One business that has seen major changes in the way they do things is Dr. Purdy’s office, and he is the only person I will name because, well, he is the only doctor in town, so talking about his office is pretty much a dead give-away anyway! To limit personal contact and the chance for spreading disease, his office is now only taking people by appointment, seeing four patients per hour, moving them through the lobby and into an exam room as quickly as possible, then having them leave via the back door so they don’t go through the lobby again. If you have no appointment but are truly sick, a phone call or rap on the front door will still get you in following the same protocol as with appointments.They are cleaning rooms and the lobby between patients, too. These are all positive changes that the office will most likely continue because they are good medical practices. He has also done some telemedicine even though he prefers to treat the patient in person, but it is one more tool at his disposal. He also said our nursing home has done a great job limiting visitors, enforcing social distancing, and keeping residents healthy. Dr. Purdy does hope that all this worry about spreading germs will have a positive effect and people will continue to be more aware of personal hygiene and keep up good practices like frequent hand washing.
Several people expressed frustration over how they think the media has blown this all out of proportion and how our elected officials are handling the crisis. Yes, people are dying, but the media is being blamed for giving us a steady diet of virus news and even fake news. Others feel the government and the President aren’t doing enough, and others expressed concern over too much government intervention and efficiency being hampered by their meddling. A few see the media-excess as a way to take down the economy before the election. America has experienced waves of other illnesses that caused deaths, but this time the media has created panic and people aren’t behaving rationally. Some expressed regrets that we really don’t know who to listen to or believe, and therefore many people just do what they want to do.
The stress level for all Americans has gone up, but especially in families that are suffering financially, and families, I suspect, that were under too much stress and tension to begin with. This has all made it worse. My urban contacts said reports of domestic violence have gone up in their cities as the imposed limitations, lost jobs, and business closings continue.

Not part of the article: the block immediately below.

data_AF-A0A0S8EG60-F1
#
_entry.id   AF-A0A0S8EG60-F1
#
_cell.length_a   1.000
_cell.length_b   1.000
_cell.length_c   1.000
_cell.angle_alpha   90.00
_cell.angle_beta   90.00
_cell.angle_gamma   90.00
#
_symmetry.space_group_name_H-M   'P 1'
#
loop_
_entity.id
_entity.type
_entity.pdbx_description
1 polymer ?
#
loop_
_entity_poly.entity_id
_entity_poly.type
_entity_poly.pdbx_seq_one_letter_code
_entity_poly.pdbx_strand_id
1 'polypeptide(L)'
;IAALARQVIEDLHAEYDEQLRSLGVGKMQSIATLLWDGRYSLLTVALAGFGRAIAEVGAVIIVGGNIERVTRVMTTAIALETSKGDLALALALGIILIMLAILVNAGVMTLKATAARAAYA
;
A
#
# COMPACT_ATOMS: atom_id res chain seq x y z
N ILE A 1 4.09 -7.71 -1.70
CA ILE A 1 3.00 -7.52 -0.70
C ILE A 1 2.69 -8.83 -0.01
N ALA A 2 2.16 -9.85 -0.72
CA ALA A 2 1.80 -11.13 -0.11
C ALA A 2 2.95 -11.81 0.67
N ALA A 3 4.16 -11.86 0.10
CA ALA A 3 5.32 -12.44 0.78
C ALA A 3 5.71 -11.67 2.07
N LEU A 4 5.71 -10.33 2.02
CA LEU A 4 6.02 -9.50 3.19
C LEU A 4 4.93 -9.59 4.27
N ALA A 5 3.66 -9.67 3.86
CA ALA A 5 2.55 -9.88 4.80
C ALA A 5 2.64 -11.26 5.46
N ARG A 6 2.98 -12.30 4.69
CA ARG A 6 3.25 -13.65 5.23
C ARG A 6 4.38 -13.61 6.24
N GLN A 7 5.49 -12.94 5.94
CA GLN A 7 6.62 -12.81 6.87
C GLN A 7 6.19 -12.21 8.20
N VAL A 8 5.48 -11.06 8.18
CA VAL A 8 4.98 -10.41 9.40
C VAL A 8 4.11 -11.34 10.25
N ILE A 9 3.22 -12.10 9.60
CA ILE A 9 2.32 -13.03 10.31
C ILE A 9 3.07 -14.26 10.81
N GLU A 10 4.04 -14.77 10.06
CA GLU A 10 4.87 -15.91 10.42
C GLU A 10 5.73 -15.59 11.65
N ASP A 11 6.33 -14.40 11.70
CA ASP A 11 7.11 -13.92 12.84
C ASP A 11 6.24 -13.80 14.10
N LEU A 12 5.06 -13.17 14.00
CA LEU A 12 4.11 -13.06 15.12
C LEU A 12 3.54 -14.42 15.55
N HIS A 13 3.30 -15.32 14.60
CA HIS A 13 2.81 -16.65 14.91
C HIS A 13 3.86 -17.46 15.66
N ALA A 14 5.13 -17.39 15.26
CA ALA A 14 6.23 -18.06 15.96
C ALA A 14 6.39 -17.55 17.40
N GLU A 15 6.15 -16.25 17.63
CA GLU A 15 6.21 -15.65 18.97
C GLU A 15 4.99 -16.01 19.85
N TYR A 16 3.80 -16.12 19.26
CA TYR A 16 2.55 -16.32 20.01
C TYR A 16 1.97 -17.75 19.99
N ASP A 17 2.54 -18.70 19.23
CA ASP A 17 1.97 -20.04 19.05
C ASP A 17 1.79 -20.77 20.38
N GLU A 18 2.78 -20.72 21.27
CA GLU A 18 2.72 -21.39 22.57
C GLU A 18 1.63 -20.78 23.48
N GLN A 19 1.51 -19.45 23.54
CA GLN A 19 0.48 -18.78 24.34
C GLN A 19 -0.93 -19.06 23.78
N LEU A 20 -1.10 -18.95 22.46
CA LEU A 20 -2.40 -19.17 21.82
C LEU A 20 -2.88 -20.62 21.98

But in the midst of all this unrest, I was told about positive things coming out of the shut-down. Families are rediscovering each other and doing things together again. People are cooking at home and meals are actually enjoyed with the whole family at the table. Kids are going outside and playing in their yards, relearning how to play games with their parents. Several mentioned they realized how fast their lives had been moving when the restrictions slowed it all down, and they liked that their lives had slowed down.
With local churches being closed, more pastors are utilizing the Internet to broadcast church services. For many people that is a more personal and intimate connection to God and their church family than watching a service on TV from one of the celebrity mega-churches. It also provides the homebound a way to worship.
Neighborhoods are rising to the challenge of what to do with all this time on their hands in creative ways, too. I’m sure you’ve seen the bears around town or put your own out for the kids to hunt and count. I was told of a birthday parade with decorated cars cruising past the birthday person’s house honking and shouting out best wishes for the day. Easter eggs were displayed Easter weekend and some wrapped Easter eggs were dropped for kids to find. Bright lights have been put up in yards and sidewalks decorated with chalk to make things look cheery. One student played an informal mini-concert from his garage, and one person had a word garden with positive words painted on rocks in the garden. Others have reached out to help their elderly or disabled neighbors with grocery deliveries and unavoidable trips or errands.
One person said this has all made their family be more organized and plan ahead so that there are fewer trips to stores. Someone else said maybe we will come out of this with more appreciation for relationships rather than material goods, for what’s really important, for not working for money, but for time to be with loved ones. Grandmothers are even learning about technology and using Face Time with their grandchildren who live in other towns.
So in our little town, life goes on, but through uncharted territory. Bad things happen to good people, but good things can come out of a bad situation as well. Perhaps getting some of the issues out in the open and talking about them will help us deal with what has been thrust upon us. In fact, one person I interviewed said talking about it had in some way lessened the impact of the negatives and helped accept the fact that, yes, this too shall pass.
And it will.
You may have noticed that the pandemic’s impact on education was not discussed here. That’s another whole story. I visited with teachers and students on that subject. See what they have to say about this grand experiment next week.
My thanks to all the anonymous people who helped me with this story by graciously sharing their opinions and thoughts with me.